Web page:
The mystery surrounding Satoshi Nakamoto, the pseudonymous creator of the world’s number one digital currency by market cap (bitcoin), has just gotten a whole lot weirder.
What Did Nakamoto Do Before BTC?
The latest prediction surrounding Nakamoto’s identity suggests that the infamous bitcoin developer potentially had ties to some very shady individuals. Escobar Inc. – a company associated with Pablo Escobar, a Latin American drug lord – is claiming that Nakamoto may have done some work for the organization in the past.
Representatives of the company are now saying that Satoshi may be a made-up name, but that Nakamoto is the person’s real surname. They say that the individual who worked for the company – and who developed bitcoin – is known as Yasutaka Nakamoto.
Olof Gustaffson – the CEO of Escobar Inc. – says that Nakamoto was one of the individuals smuggling drugs for the late crime boss into the United States. Following an assassination attempt, Nakamoto went into hiding and hasn’t been seen or heard of since, though his development of bitcoin has seemingly brought a whole new wave of attention to his presence and operations.
In addition, Gustaffson says that Yasutaka’s brother is Dorian Nakamoto, who at one time was suggested by Newsweek as the true creator of bitcoin.
The conspiracy theories in this neck of the crypto woods just don’t seem to end. Last week, a YouTube video suggested that Adam Back – a U.K.-based cryptographer and computer scientist – was the alleged creator of the digital currency, though Back has come forward to deny any involvement in its development.
Other figures in the space – such as John McAfee – haven’t really added much clarification considering the antivirus mogul has stated that while he’s 99 percent sure who’s responsible for his creation, he’s not going to tell.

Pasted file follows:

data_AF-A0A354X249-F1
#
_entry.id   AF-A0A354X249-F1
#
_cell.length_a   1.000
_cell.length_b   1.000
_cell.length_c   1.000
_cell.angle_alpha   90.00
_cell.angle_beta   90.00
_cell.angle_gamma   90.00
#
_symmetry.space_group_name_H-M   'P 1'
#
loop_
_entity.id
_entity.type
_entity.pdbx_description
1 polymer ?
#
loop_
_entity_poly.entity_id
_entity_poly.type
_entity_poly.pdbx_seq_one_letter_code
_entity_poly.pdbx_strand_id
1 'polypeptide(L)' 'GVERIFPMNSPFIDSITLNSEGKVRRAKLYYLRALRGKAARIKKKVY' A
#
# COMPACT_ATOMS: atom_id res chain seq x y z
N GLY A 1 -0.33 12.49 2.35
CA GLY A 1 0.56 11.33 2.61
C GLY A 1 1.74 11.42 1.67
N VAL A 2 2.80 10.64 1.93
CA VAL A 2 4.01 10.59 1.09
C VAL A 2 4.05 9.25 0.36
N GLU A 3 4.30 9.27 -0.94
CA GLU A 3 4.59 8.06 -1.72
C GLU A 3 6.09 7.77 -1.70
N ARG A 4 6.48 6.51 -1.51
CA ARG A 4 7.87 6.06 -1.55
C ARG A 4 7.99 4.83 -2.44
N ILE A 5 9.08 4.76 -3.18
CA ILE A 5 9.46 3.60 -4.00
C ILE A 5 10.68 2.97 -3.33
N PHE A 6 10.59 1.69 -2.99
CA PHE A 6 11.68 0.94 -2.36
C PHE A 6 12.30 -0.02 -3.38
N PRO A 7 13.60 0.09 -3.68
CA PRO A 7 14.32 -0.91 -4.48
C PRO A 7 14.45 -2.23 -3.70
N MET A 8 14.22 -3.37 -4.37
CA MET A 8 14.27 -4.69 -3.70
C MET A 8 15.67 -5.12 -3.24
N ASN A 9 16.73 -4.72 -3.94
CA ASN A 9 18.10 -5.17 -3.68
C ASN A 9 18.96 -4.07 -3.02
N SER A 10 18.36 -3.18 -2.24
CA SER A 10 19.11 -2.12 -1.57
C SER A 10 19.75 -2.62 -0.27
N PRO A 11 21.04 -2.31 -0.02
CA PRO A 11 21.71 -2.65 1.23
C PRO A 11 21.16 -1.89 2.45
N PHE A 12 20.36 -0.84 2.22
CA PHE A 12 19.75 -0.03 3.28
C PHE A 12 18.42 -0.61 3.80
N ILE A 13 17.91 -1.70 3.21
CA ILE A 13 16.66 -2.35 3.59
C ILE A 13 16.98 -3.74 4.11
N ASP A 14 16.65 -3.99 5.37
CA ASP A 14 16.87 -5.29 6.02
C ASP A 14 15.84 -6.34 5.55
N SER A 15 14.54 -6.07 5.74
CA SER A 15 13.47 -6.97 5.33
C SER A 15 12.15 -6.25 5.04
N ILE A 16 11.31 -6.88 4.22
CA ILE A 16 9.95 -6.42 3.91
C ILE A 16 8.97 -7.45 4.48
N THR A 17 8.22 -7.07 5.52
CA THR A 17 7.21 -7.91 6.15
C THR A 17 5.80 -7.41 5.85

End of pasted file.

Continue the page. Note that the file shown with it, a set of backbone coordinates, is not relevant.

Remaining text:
They mystery gets even weirder, as Gustaffson also went into detail about Nakamoto’s technical background. He says that Nakamoto was a head engineer for Pacific West Airlines and worked in both semiconductors and microprocessors, which ultimately gave him the knowledge he needed to develop the digital currency.
Things Get Even More Complicated
Gustaffson also says that Nakamoto died in 2010 shortly after he developed bitcoin. Coincidentally, the last time Nakamoto posted anything in bitcoin-related forums was in mid-December of that year. While he potentially reappeared four years later for one final post, this message was later proven to be false and listed by an entirely different person.
Many analysts say that while they’re intrigued by the prospects of Nakamoto’s true identity, there is a part of them that doesn’t really want to know and feel that it would probably be better if the world didn’t find out. Back, in denying any association with bitcoin’s early creation, was among the first to utter this argument, stating that gold doesn’t have a creator, and that knowing who bitcoin’s inventor was could potentially harm its image.